Diabetes advice failing to reach patients
Clinicians think they are giving much more healthy living advice to people with diabetes than the individuals think they are getting, according to new research (Hawthorne, 2012).
The research found that almost all clinicians (99.6%) say they routinely talk about physical activity with people with diabetes who are overweight, while 88% said they advise them about their diet. Yet less than half of overweight people with diabetes (45%) said a doctor had talked to them about physical activity during the previous year, while for diet advice the figure was 57%.
Dr Gillian Hawthorne, the lead researcher in the study, said, “Clearly, doctors are committed to give people with diabetes the right guidance but all too often this advice is not being heard by the patient. We need to look into how the right messages get across clearly.”
Hawthorne GC (2012) Diabetes care provision in UK general practices: patient’s and healthcare professional’s perspectives. Diabet Med 29(Suppl 1): P450
Young adults with diabetes receive poor care
Only a fifth of young adults aged 16–24 with diabetes receive the recommended care checks for their condition, according to research presented at the Diabetes UK Annual Professional Conference 2012 (Young, 2012).
The study analysed data from the 2009–10 National Diabetes Audit to identify that those aged 16–24 are the least likely of all age groups in England to receive the health checks and services they need. Only one in five young adults gets all the health processes recommended by NICE, including eye examinations and foot checks.
Lead researcher Dr Bob Young, from Salford Royal Hospital, said, “Systems of care for young and working age people with diabetes should be specifically targeted for improvement.”
Young B (2012) National Diabetes Audit (NDA): routine care is less effective and outcomes poorer in younger people as compared with older people who have diabetes in England. Diabet Med 29(Suppl 1): P141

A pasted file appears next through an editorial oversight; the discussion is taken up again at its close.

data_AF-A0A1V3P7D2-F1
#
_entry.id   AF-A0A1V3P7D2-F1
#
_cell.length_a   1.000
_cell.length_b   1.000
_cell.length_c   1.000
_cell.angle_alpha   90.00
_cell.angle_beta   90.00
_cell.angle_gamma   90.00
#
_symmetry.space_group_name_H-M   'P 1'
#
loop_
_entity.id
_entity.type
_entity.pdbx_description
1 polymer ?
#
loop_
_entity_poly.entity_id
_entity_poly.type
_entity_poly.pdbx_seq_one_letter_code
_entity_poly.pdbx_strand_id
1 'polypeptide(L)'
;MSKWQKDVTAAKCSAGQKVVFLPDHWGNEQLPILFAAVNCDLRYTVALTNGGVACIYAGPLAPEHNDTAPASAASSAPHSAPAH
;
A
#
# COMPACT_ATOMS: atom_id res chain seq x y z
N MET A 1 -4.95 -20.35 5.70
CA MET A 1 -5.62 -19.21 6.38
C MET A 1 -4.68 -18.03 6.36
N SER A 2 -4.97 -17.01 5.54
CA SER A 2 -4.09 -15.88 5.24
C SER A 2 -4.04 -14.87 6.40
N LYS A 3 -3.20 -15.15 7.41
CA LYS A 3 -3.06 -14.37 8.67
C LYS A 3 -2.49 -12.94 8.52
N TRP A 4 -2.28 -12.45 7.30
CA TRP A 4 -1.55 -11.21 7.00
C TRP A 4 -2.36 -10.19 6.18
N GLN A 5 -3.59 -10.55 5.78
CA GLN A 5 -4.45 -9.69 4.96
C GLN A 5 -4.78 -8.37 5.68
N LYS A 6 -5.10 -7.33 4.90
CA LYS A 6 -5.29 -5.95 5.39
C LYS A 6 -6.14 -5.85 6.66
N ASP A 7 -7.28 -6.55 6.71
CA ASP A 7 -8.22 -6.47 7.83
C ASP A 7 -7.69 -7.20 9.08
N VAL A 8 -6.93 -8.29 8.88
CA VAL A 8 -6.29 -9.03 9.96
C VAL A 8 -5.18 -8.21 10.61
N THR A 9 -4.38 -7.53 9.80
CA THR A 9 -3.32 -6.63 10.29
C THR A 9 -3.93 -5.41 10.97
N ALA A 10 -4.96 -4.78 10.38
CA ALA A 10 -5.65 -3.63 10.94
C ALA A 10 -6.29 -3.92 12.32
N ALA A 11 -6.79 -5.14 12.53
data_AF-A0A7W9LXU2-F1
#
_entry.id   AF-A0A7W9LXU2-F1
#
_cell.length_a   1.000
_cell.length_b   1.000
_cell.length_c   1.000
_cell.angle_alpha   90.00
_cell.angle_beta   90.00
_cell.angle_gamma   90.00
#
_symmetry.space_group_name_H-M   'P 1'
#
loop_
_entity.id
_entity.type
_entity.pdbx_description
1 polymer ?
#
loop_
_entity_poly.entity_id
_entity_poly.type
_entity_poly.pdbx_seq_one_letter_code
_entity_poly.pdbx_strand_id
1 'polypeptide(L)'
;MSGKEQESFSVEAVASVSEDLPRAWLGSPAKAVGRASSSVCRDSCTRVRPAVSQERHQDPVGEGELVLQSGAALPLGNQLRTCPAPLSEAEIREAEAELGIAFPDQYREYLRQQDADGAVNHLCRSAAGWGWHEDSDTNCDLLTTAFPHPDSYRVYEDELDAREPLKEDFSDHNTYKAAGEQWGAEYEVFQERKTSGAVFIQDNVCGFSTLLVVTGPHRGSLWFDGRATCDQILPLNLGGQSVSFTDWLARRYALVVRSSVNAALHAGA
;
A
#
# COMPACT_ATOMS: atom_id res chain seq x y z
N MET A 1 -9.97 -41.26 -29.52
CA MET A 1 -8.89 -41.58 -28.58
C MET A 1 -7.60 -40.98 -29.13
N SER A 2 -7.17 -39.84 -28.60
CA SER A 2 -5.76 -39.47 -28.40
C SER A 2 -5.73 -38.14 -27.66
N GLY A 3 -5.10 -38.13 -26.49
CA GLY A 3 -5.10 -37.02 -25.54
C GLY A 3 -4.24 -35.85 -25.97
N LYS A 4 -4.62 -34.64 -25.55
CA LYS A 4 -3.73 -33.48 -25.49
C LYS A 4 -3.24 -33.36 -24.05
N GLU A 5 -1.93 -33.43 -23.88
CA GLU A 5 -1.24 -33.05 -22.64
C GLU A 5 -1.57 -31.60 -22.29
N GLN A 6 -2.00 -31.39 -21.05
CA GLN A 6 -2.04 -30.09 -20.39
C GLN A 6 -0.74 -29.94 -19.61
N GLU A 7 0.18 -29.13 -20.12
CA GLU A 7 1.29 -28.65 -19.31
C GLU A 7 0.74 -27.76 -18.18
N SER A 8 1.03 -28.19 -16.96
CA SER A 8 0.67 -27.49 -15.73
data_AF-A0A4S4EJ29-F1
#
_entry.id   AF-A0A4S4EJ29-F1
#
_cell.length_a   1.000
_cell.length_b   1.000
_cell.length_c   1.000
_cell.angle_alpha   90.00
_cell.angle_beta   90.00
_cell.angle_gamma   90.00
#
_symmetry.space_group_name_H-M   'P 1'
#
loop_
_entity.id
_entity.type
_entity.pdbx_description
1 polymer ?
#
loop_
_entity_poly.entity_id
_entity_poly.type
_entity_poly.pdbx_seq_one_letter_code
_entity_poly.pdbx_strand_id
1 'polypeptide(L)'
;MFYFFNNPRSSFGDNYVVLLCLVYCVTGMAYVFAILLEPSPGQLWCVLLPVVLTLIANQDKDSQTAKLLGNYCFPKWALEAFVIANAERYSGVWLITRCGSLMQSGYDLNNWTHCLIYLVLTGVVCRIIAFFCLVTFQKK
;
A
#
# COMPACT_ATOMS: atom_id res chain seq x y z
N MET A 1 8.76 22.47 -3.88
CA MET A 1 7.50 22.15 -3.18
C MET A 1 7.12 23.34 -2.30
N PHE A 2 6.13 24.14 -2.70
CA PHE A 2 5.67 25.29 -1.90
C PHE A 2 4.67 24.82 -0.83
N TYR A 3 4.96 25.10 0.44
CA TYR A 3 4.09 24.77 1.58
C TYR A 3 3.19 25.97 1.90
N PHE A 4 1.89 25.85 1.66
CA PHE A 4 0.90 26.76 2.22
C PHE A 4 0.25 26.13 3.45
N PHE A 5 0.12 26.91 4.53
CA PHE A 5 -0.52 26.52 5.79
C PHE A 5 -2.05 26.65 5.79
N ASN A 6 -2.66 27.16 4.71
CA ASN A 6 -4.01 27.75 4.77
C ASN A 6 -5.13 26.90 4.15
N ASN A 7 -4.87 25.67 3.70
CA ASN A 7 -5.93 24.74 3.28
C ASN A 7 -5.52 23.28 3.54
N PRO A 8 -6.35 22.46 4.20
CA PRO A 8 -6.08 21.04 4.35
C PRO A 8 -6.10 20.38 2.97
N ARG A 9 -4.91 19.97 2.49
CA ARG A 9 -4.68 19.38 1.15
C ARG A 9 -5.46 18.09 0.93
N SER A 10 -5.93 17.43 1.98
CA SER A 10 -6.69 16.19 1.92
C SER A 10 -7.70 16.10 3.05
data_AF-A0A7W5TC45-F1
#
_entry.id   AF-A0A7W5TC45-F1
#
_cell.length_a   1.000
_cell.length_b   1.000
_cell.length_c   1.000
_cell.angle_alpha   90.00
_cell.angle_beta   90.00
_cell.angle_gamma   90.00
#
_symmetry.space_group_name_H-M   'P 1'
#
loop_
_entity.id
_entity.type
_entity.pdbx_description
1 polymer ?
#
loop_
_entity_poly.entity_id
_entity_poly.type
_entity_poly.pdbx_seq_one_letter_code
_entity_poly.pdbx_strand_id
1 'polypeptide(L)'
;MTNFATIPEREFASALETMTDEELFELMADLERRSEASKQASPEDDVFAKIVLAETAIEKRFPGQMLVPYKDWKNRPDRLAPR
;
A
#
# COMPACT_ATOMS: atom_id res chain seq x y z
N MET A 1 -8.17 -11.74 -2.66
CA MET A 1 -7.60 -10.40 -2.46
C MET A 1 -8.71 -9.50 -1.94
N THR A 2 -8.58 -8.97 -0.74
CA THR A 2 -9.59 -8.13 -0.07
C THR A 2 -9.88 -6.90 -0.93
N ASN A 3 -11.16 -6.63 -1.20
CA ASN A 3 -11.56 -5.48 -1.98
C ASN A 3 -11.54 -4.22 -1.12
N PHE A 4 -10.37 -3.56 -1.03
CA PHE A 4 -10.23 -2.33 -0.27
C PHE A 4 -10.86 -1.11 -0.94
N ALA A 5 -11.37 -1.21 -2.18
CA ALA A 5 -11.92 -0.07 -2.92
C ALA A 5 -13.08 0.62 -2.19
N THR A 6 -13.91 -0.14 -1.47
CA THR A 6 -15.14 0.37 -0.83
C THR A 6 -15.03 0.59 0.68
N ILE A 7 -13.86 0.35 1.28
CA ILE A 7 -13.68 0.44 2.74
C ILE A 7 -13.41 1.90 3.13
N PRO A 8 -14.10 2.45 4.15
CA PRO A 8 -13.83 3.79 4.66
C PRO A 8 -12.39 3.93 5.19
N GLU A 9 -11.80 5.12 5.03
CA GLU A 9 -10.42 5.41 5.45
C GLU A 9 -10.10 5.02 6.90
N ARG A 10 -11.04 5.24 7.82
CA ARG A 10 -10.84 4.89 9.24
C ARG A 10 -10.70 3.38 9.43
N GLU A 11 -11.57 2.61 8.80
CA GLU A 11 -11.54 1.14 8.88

Putting Feet First campaign
Diabetes UK launched a campaign at their Annual Professional Conference to bring an end to the “national disgrace” of thousands of preventable amputations in people with diabetes, as new research has once again highlighted the unacceptably poor levels of footcare for people with the condition (Thomas, 2012)
The Putting Feet First campaign highlights the fact that people with diabetes are over 20 times more likely to have a lower-limb amputation (National Diabetes Support Team, 2006), and that about 80% of the 6000 diabetes-related amputations in England every year are preventable (International Diabetes Federation, 2005; The Information Centre, 2012).
By demanding an end to the postcode lottery of NHS footcare, the campaign aims to reduce diabetes-related amputations by 50% within 5 years.
A new study presented at the conference suggests that an unacceptably high number of hospitals are failing to comply with NICE guidance on when to refer patients to specialist footcare (Thomas, 2012). Meanwhile, a separate study at University Hospitals Birmingham NHS Foundation Trust has found that less than half of individuals admitted with emergency diabetes-related foot problems had the blood supply to their feet assessed and just over a quarter were assessed for nerve damage (Iqbal et al, 2012).
Diabetes UK hopes the new research will highlight the importance of healthcare professionals supporting the Putting Feet First campaign by making sure they understand the footcare people with diabetes should be getting and the potentially devastating consequences of this not happening. The charity wants everyone with diabetes to get a thorough annual foot check and for foot ulcers in people with the condition to be referred to specialist diabetes footcare teams within 24 hours. For more information, see page 78.
National Diabetes Support Team (2006) Diabetic Foot Guide. NHS Diabetes, Newcastle. Available at: http://bit.ly/ndst2006 (accessed 18.04.12)
International Diabetes Federation (2005) Position Statement – The Diabetic Foot. IDF, Brussels. Available at: http://bit.ly/IlAnAn (accessed 18.04.12
Iqbal S, Majid Z, Tiwari A et al (2012) Do we care about our diabetic patients’ feet? Diabetic foot examination at the front-door. Diabet Med 29(Suppl 1): P295
The Information Centre (2012) Hospital Episode Statistics 2007/08–2010/11. The Information Centre for Health and Social Care, London. Available at: http://bit.ly/IlBik7 (accessed 18.04.12)
Thomas R (2012) NICE feet shame about the sores: an audit of foot inspection of in-patients suffering with diabetes. Diabet Med 29(Suppl 1): A39